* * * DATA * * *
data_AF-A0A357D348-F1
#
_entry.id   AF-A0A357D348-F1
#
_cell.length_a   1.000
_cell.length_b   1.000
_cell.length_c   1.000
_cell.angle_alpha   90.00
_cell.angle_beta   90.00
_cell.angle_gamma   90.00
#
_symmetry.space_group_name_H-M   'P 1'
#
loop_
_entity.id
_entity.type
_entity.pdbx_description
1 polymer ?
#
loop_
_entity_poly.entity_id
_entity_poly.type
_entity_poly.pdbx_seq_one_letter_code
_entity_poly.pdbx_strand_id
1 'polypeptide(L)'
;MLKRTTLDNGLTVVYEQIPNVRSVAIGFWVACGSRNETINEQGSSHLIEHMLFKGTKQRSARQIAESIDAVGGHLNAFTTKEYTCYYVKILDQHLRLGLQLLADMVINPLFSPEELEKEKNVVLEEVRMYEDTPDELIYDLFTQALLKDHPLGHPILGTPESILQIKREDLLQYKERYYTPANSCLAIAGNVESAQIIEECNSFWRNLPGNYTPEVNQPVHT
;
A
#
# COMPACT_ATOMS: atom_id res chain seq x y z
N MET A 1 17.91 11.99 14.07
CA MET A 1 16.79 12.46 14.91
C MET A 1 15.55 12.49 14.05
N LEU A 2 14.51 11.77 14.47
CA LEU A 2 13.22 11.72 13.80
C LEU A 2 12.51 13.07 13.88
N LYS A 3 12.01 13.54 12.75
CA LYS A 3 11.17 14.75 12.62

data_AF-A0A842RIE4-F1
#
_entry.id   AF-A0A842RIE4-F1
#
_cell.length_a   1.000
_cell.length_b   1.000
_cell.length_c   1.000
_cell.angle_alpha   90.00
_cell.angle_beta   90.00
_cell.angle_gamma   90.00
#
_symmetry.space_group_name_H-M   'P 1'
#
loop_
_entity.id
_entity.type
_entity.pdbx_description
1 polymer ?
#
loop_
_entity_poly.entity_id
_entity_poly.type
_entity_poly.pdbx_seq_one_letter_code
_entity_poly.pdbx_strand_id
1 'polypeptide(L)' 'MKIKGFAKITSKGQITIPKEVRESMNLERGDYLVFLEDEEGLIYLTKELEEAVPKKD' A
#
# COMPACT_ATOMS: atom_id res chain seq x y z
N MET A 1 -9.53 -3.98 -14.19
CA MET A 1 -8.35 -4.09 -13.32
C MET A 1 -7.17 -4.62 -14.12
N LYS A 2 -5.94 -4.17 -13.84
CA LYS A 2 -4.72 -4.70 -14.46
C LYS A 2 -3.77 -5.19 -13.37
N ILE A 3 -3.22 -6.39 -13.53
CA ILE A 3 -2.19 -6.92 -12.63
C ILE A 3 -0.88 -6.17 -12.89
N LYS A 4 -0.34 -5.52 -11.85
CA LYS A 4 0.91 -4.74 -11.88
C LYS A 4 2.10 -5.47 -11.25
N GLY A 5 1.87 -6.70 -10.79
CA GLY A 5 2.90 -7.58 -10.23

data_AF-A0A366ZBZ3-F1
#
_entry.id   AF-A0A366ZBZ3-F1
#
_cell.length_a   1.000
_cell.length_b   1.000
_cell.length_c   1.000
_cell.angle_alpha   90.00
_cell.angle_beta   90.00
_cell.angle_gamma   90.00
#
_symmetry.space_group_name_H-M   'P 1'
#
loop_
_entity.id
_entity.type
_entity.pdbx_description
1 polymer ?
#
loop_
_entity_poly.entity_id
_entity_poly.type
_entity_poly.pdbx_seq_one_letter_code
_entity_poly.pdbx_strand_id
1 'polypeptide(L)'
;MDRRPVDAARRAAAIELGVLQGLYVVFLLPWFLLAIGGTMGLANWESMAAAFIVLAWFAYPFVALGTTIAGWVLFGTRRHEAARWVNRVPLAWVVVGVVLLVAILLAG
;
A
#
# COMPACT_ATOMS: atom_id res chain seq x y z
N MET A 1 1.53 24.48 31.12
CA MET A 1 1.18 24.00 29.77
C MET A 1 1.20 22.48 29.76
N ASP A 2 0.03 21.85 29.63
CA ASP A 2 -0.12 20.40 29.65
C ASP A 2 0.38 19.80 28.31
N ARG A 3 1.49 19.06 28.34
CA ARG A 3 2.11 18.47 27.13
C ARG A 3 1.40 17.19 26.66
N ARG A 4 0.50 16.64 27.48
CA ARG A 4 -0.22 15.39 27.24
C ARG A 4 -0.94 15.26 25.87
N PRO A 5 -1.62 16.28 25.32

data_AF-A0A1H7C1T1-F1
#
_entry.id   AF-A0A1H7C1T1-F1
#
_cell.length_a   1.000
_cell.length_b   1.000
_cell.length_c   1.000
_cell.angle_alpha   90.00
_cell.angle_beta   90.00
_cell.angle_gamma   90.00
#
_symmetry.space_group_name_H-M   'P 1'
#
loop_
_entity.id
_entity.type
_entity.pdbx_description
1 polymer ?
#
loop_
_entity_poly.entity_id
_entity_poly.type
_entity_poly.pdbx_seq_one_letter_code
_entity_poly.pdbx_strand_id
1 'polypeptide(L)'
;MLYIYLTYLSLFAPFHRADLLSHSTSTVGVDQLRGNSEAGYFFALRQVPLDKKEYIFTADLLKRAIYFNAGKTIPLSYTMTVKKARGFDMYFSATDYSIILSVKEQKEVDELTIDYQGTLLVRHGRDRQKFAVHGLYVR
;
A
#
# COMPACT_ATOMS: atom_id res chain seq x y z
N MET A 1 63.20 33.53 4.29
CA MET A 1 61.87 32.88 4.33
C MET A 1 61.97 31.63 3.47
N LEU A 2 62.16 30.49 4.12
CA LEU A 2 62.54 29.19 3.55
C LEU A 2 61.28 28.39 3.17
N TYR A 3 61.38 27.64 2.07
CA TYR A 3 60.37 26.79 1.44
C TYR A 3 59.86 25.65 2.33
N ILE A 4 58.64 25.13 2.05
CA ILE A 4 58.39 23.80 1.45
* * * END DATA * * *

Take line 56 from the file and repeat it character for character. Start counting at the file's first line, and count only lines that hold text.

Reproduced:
1 polymer ?